On the 7th of May, only a little over three months ago, Macron was elected and promised a new kind of politics for France. Macron is the youngest president France has ever had, Europe’s new golden boy with bountiful charisma, and seemed to have everything going for him.
However, it has come to light with a recent poll that a majority of the French consider themselves dissatisfied with Macron. The Ifop poll shows the cumulative drop in Macron’s popularity ratings since May was bigger than that of previous Socialist president François Hollande over the same period. The survey, published on Sunday, suggested that the number of voters happy with him had fallen to 40%, while those who were dissatisfied with his actions had grown to 57%. This does not bode well for Macron since Hollande finished his mandate with a measly 17 % popularity rate. Moreover, this is the fastest fall in popularity of any French president since 1995.
Macron’s summer has been peppered with multiple controversies. Social media commentators and political opponents heavily criticised the president after it emerged he spent €26,000 on makeup during his first 100 days in office; people revolted against the idea of Brigitte having a paid role in the Elysée; there was also the conflict with the head of the French armed forces. Cuts to housing assistance, which would affect poor people the most, didn’t help his case.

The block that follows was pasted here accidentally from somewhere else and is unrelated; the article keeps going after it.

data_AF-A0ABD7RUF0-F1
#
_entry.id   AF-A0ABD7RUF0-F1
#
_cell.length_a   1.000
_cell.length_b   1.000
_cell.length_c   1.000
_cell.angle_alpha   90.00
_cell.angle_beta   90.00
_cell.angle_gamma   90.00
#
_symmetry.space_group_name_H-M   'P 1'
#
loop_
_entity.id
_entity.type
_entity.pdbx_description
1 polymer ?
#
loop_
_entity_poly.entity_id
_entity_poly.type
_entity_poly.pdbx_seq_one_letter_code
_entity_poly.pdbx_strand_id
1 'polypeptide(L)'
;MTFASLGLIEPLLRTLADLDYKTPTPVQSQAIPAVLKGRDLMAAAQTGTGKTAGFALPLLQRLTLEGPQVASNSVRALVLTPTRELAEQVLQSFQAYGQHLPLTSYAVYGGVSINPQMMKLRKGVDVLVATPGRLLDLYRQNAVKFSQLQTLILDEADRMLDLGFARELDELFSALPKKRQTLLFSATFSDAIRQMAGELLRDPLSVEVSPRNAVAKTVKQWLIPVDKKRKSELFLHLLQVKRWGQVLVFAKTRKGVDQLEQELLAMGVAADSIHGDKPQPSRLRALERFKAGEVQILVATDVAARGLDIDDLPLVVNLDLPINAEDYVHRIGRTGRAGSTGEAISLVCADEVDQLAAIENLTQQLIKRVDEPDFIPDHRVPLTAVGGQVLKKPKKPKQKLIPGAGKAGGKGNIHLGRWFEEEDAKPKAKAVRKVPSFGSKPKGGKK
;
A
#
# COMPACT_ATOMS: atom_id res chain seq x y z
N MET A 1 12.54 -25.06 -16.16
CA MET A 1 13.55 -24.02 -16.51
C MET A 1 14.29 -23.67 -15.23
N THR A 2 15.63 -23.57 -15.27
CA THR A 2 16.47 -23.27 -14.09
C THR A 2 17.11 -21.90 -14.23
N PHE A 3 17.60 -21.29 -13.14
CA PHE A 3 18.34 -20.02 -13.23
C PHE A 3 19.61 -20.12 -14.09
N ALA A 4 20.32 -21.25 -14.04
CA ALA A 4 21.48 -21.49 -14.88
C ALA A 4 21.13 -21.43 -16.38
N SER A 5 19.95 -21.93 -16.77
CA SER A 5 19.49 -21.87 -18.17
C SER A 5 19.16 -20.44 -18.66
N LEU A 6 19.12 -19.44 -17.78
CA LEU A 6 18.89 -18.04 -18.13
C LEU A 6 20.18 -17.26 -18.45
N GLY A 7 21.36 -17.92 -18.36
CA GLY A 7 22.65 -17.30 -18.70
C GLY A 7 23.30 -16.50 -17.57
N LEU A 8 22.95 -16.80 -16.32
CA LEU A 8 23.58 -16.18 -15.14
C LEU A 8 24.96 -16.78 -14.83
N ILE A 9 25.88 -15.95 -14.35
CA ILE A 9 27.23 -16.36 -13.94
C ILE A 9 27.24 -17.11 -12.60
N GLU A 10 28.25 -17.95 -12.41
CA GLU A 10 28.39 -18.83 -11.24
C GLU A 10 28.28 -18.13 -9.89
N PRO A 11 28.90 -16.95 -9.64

Daniel Fasquelle of the Les Républicains party said Macron was paying for his lack of experience (in regards to the Brigitte situation):
“He’s not up to the job, either in his behaviour or in addressing the issues. We are seeing promises not being kept, hitches, flip-flopping.”
Macron also faces a lot of pressure from trade unions in regards to his plans to deregulate the labour market with an “XXL” version of the El Khomri law. For instance, the CGT, a far-left union, will be leading a rally in September. Also, his uncharacteristic silence in the press is giving his opposition the chance to regain territory after Macron managed to secure the majority in France’s parliament. Jean-Luc Mélenchon in particular, with his far-left party La France Insoumise, has placed himself at the head of Macron’s opposition and will be leading his own rally later next month.
French government spokesman Christophe Castaner admitted Mr. Macron’s En Marche! party was going through a difficult time:
“Yes, we are encountering difficulties, but you cannot just spend your time only looking at polls when you’re in government. We are there to transform the country. Our country needs us to take risks, and we are taking risks”
Photo: Kremlin.ru [CC BY 4.0 (http://creativecommons.org/licenses/by/4.0)], via Wikimedia Commons